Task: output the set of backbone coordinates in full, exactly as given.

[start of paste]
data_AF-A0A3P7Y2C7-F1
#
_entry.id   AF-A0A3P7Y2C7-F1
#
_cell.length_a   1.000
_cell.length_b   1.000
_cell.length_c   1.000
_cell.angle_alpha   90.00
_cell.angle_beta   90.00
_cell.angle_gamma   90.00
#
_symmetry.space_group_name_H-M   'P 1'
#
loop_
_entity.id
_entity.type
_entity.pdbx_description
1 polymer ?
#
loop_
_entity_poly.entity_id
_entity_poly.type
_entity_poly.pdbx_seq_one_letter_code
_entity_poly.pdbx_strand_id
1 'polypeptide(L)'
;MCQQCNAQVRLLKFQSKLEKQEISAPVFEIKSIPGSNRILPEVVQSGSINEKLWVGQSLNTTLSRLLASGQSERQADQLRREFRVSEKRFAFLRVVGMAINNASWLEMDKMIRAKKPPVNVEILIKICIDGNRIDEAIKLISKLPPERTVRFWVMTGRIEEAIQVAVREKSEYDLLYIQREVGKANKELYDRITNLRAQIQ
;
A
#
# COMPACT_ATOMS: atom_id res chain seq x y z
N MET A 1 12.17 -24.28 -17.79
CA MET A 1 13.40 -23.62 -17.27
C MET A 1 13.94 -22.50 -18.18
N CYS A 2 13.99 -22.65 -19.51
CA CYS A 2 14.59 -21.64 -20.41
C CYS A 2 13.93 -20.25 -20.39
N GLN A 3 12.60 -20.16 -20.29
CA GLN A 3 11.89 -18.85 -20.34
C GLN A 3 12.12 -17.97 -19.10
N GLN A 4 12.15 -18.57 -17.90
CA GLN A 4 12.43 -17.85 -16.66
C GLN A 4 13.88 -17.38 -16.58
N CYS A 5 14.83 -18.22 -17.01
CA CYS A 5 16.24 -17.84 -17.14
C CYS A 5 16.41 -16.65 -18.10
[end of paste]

data_AF-A0A3P7Y2C7-F1
#
_entry.id   AF-A0A3P7Y2C7-F1
#
_cell.length_a   1.000
_cell.length_b   1.000
_cell.length_c   1.000
_cell.angle_alpha   90.00
_cell.angle_beta   90.00
_cell.angle_gamma   90.00
#
_symmetry.space_group_name_H-M   'P 1'
#
loop_
_entity.id
_entity.type
_entity.pdbx_description
1 polymer ?
#
loop_
_entity_poly.entity_id
_entity_poly.type
_entity_poly.pdbx_seq_one_letter_code
_entity_poly.pdbx_strand_id
1 'polypeptide(L)'
;MCQQCNAQVRLLKFQSKLEKQEISAPVFEIKSIPGSNRILPEVVQSGSINEKLWVGQSLNTTLSRLLASGQSERQADQLRREFRVSEKRFAFLRVVGMAINNASWLEMDKMIRAKKPPVNVEILIKICIDGNRIDEAIKLISKLPPERTVRFWVMTGRIEEAIQVAVREKSEYDLLYIQREVGKANKELYDRITNLRAQIQ
;
A
#
# COMPACT_ATOMS: atom_id res chain seq x y z
N MET A 1 12.17 -24.28 -17.79
CA MET A 1 13.40 -23.62 -17.27
C MET A 1 13.94 -22.50 -18.18
N CYS A 2 13.99 -22.65 -19.51
CA CYS A 2 14.59 -21.64 -20.41
C CYS A 2 13.93 -20.25 -20.39
N GLN A 3 12.60 -20.16 -20.29
CA GLN A 3 11.89 -18.85 -20.34
C GLN A 3 12.12 -17.97 -19.10
N GLN A 4 12.15 -18.57 -17.90
CA GLN A 4 12.43 -17.85 -16.66
C GLN A 4 13.88 -17.38 -16.58
N CYS A 5 14.83 -18.22 -17.01
CA CYS A 5 16.24 -17.84 -17.14
C CYS A 5 16.41 -16.65 -18.10